Football and public order chiefs in France on Thursday ordered the immediate cancellation of a game if a missile thrown from the stands hits and injures a player or match official.
The measure emerged after a series of meetings between organisers of the professional leagues and top politicians including interior minister Gerald Darmanin, the sports minister Roxana Maracineanu and the justice minister Eric Dupond-Moretti.
Emmanuel Macron's government has been under pressure to respond to a wave of hooliganism around grounds since fans were allowed back into stadiums at the start of the season following limits on numbers due to the coronavirus pandemic.
Images of punch-ups between supporters and players, pitch invasions, hooliganism and fans goading each other have virtually become weekly occurrences in the French top flight since August.
Stop the match!
On 21st of November, the Ligue 1 fixture between Lyon and Marseille was halted within five minutes after the Marseille skipper Dimitri Payet was struck on his head by a full bottle of water.
After two hours of sometimes acrimonious talks with officials and players from both clubs, referee Ruddy Buquet called off the game at the Groupama Stadium.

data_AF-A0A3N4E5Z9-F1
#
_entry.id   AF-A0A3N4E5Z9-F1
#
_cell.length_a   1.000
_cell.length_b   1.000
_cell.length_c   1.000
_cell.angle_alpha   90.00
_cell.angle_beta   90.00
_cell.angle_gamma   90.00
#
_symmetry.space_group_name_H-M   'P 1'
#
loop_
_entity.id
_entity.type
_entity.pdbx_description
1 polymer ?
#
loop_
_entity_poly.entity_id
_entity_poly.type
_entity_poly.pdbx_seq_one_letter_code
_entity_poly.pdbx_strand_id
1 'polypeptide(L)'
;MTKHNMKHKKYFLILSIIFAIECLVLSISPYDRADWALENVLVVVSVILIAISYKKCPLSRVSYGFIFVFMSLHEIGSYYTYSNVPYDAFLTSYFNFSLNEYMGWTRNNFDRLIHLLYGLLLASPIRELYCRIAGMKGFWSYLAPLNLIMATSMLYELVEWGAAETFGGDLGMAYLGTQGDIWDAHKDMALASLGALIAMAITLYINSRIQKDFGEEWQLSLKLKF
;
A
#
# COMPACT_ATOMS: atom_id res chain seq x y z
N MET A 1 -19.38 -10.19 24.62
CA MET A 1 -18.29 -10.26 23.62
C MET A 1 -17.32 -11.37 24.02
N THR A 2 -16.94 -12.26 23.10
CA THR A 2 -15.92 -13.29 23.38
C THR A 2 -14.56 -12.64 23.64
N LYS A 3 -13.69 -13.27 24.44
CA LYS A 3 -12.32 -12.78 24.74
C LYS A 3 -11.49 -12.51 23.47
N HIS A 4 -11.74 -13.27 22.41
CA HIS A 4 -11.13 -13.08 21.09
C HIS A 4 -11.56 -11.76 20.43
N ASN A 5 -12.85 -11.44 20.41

Nearly a month after the chaos on and off the pitch in Lyon, authorities have laid down a clear protocol to avoid such drift and confusion.
They said a decision should be reached within 30 minutes without the involvement of club owners.
"If a referee or a player is injured by a projectile thrown from the stands the match will be automatically abandoned," the ministries of the interior, justice and sports said in a joint statement.
"There will be a clear dividing line regarding the competence of the match referee and the police over the stopping of matches.
"A clearly thought out, unified and rapid decision must be reached," the statement added.
The clause to exclude top club officials from the decision-making process comes after the Lyon president Jean-Michel Aulas received a five-game ban on Wednesday over his behaviour while match officials were weighing up whether the Lyon v Marseille game should resume.
During their discussions, Darmanin, Maracineanu and Dupond-Moretti decided that the measures to bar supporters from stadiums were effective enough, but that they could be applied more rigorously.
No security net was in place at Lyon's stadium nor at Montpellier nor Nice when missiles were hurled at Marseille players.
In an opinion piece for Le Monde, Payet criticised the government and football authorities for their lack of action.
"This is an unbearable form of collective resignation," he wrote.
"I would like to have a reasonable collective responsibility. I would like to be able to defend my idea of football on every pitch in France without asking myself questions about the next gestures of hatred."